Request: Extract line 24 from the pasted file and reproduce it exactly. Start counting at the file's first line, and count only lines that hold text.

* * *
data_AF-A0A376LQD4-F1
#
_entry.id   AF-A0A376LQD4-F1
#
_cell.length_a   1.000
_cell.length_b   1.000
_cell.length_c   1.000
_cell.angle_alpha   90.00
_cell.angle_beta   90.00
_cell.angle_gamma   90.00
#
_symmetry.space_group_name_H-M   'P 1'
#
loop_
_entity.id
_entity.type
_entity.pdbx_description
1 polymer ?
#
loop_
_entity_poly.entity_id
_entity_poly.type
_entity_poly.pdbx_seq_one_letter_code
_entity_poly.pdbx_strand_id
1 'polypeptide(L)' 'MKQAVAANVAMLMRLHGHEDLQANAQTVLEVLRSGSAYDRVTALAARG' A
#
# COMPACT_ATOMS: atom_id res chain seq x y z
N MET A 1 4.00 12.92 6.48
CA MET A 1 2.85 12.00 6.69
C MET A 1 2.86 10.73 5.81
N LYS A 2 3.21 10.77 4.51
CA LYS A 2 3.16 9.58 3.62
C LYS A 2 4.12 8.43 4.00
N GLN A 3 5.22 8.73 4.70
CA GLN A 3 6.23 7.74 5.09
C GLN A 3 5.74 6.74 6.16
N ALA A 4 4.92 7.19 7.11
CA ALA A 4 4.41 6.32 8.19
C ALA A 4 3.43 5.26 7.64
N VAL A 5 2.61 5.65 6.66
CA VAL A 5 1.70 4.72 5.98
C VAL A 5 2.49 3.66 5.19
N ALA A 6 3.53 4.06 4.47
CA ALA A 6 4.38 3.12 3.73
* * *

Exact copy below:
_entity_poly.pdbx_strand_id